QNbr() = - (- nbrField.kappa(nbrField) * nbrField.snGrad());
    Info << "patch: " << patch().name() << ", min T: " << min(Tp) << endl;
    //Info << "patch: " << patch().name() << ", dQ: " << sqrt(pow((min(Qr) - min(kappa(*this)*snGrad()) - (min(QNbr) - min(QrNbr)))/(min(-kappa(*this)*snGrad())), 2)) << endl;
    //The crash happened in this line
    Info << "patch: " << patch().name() << ", kappa: " << min(kappa(*this)) << endl;
    Info << "patch: " << patch().name() << ", deltaCoeffs: " << min(patch().deltaCoeffs()) << endl;
    Info << "patch: " << patch().name() << ", Tcenter: " << min(patchInternalField()) << endl;
    Info << "patch: " << patch().name() << ", Qr: " << std::abs(min(Qr)) << endl;
    //Info << "patch: " << patch().name() << ", Q: " << std::abs(min(-kappa(*this)*snGrad())) << endl;
    //Info << "patch: " << patch().name() << ", QTotal: " << std::abs(min(-kappa(*this)*snGrad() + Qr)) << endl;
    Info << "patch: " << patch().name() << ", alpha: " << min(alpha) << endl;
    Info << "patch: " << patch().name() << ", refValue: " << refValue() << endl;
    //Qr is positive for outgoing radiation, QrNbr is positive for radiation from wall to plasma
    evaporationHeatFlux_ = (- kappa(*this) * snGrad() + Qr) - (-(QNbr)  - QrNbr);
    if (debug)
        scalar Q = gSum(kappa(*this)*patch().magSf()*snGrad());

        Info<< patch().boundaryMesh().mesh().name() << ':'
            << patch().name() << ':'
            << this->dimensionedInternalField().name() << " <- "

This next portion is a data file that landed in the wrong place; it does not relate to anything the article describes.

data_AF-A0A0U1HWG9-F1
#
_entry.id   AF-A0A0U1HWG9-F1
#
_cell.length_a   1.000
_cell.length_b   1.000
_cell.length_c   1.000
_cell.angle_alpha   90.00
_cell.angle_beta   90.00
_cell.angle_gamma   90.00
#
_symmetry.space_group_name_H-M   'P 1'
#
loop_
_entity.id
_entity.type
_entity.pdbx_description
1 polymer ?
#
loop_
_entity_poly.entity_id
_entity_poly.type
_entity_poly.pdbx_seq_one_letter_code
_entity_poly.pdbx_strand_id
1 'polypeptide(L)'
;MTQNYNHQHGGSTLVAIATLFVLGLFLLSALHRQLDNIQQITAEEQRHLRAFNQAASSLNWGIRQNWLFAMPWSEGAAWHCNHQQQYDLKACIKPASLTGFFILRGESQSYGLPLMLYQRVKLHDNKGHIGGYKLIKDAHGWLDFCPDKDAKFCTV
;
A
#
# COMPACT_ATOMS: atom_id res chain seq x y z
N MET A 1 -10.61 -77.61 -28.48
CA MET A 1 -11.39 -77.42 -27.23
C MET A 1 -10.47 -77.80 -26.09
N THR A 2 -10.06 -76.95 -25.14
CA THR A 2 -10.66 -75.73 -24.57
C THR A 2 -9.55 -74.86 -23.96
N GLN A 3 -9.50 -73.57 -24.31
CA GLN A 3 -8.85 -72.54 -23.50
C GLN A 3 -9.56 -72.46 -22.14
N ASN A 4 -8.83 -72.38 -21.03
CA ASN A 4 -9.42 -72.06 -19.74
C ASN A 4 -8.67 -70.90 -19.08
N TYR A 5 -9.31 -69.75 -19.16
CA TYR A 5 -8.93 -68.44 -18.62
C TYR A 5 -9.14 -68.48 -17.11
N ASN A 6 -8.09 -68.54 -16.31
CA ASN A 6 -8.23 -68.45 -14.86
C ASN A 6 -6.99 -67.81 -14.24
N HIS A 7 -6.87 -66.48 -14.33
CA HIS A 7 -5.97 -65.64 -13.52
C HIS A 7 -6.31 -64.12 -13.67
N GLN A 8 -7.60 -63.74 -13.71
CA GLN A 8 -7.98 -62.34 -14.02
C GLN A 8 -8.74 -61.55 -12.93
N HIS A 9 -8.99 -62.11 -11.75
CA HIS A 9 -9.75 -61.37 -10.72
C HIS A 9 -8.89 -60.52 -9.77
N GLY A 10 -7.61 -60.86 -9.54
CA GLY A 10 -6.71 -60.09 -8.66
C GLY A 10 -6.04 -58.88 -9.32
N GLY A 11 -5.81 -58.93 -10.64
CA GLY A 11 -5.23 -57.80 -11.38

<< << ':'
            << << ':'
            << this->dimensionedInternalField().name() << " :"
            << " heat transfer rate:" << Q
            << " walltemperature "
            << " min:" << gMin(*this)
            << " max:" << gMax(*this)
            << " avg:" << gAverage(*this)
            << endl;

    // Restore tag
    UPstream::msgType() = oldTag;

The crash happened in the kappa() function call near the end (look for the comment). The thermophysical model which I use is very simple, and the kappa implementation only accesses member variables and should not be an issue.

wyldckat November 16, 2014 17:10

Hi chriss85,


Originally Posted by chriss85 (Post 518904)
The crash happened in the kappa() function call near the end (look for the comment).

:eek: There are a lot of calls to "kappa()". As for the exact last one you're referring to, I'm not certain you're referring to the one inside the "if(debug)" block.

My guess is that you're triggering the exact thing I was trying to indicate, but that you're currently no longer triggering, only because you now probably have less calls being made.

From what I can see on this excerpt of code (thanks for making a big excerpt, since it's easier to diagnose this way), the problem is that you're not using something like this:

    const fvPatch& nbrPatch =
        refCast<const fvMesh>(nbrMesh).boundary()[samplePatchI];

for the calls to "kappa", namely something like this:

const scalarField & nbrFieldKappa = nbrField.kappa(nbrField);
const scalarField & localKappa = kappa(*this);